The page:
He goes on,
Many people are surprised to see that measure of faith was increased. I teach meditation in a completely secular context, with no mention of religion or spirituality. Yet graduates of the program are more likely to agree with the survey’s statement, “I feel connected to a higher power (or God).”
While this AA-esque articulation of feeling “connected to a higher power (or God)” may not be quite the same as “a sense of piety, hope, thanksgiving, [and] devotion to God’s will,” certainly one would expect a Christian to explain this common phenomenon in a similar way. It would seem that St. Theophan’s claims may be more than anecdotal.
Fourth: What does this have to do with justice? If we take justice to mean “to render to each what is due,” we may have some understanding of how this relates. Practice of the Jesus Prayer increases focus and builds a habit that helps to drive out wandering thoughts and pacify our emotions.
Internally, then, it helps us render to each part of ourselves what is due. Rather than being tossed around by vagrant thoughts and emotions and appetites, we are able to stay in the present and, more importantly, coram Deo.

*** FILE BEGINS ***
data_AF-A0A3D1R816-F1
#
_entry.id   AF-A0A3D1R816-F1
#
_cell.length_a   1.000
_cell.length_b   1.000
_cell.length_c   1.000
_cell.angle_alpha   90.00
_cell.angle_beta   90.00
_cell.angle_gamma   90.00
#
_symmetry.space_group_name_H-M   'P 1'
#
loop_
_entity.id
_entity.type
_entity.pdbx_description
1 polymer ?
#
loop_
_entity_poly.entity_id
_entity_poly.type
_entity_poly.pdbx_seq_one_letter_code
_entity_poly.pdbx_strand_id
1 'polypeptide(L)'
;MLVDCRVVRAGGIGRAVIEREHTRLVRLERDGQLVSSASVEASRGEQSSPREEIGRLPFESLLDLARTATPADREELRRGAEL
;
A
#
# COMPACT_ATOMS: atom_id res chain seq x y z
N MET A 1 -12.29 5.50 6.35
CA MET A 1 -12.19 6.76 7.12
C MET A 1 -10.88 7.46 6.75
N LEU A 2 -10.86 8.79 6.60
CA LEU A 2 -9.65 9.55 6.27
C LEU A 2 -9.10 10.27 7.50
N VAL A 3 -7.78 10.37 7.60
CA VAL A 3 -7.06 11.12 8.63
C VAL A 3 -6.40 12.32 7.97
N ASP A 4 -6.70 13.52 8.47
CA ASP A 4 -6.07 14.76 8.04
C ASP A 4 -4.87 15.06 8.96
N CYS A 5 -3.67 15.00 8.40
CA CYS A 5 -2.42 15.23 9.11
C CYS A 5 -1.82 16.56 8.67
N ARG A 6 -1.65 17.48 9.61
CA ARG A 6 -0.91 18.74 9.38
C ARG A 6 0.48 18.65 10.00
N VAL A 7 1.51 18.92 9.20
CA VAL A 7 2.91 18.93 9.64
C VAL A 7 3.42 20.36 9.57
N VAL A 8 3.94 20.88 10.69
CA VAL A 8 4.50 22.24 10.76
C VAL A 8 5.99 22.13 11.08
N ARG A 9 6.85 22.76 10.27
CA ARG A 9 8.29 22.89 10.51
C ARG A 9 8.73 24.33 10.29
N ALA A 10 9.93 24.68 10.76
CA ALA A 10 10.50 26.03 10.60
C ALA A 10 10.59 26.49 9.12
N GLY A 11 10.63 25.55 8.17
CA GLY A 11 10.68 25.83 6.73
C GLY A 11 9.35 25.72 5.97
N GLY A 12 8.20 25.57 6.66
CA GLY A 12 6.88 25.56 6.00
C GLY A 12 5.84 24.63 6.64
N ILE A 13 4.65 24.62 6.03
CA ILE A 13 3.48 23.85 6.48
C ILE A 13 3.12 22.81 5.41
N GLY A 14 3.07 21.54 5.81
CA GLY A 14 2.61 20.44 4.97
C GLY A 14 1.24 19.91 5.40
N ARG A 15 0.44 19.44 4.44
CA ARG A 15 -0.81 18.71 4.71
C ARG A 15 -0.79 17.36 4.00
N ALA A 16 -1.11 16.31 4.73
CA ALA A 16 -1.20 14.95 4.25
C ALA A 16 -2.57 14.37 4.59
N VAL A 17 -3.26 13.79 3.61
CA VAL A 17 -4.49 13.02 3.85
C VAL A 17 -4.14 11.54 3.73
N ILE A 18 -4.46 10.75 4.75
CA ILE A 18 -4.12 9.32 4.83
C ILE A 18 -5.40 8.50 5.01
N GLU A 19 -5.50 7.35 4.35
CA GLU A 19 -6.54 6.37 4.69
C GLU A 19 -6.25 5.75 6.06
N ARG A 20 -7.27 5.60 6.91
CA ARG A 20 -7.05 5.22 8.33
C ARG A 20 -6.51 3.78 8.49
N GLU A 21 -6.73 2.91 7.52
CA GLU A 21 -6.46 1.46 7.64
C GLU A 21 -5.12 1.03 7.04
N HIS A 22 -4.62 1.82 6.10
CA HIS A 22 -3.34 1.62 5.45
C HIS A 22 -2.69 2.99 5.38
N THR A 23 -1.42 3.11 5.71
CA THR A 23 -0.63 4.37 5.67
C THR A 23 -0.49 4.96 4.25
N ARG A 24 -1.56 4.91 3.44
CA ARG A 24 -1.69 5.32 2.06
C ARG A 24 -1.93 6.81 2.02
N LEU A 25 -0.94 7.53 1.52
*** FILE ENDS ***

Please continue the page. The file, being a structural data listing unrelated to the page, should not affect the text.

Furthermore, beginning by rendering to God what is due, we do not end there. Indeed, love of God cannot be separated from love of neighbor (see Matthew 22:36-40).
Writing on the subject of resisting temptation, Roy Baumeister, head of Florida State’s social psychology program, notes the benefit of good habits:
The human psyche is well designed to acquire habits (both good and bad). Doing something new and different takes effort and attention, and sometimes plenty of thought and emotion. In contrast, doing something by habit requires none of those, or at most a very small amount. To conserve the limited mental and physical energy that people have, nature has designed us to convert novel exertions into easy habits.
The Jesus Prayer is one such habit. Not only does Baumeister’s research confirm that such a habit of constant prayer can be cultivated, he notes that acquiring good habits helps us conserve energy and self-control for when we need it most. Constant prayer is one such habit, and the habit-forming skills needed to cultivate it are transferable to others.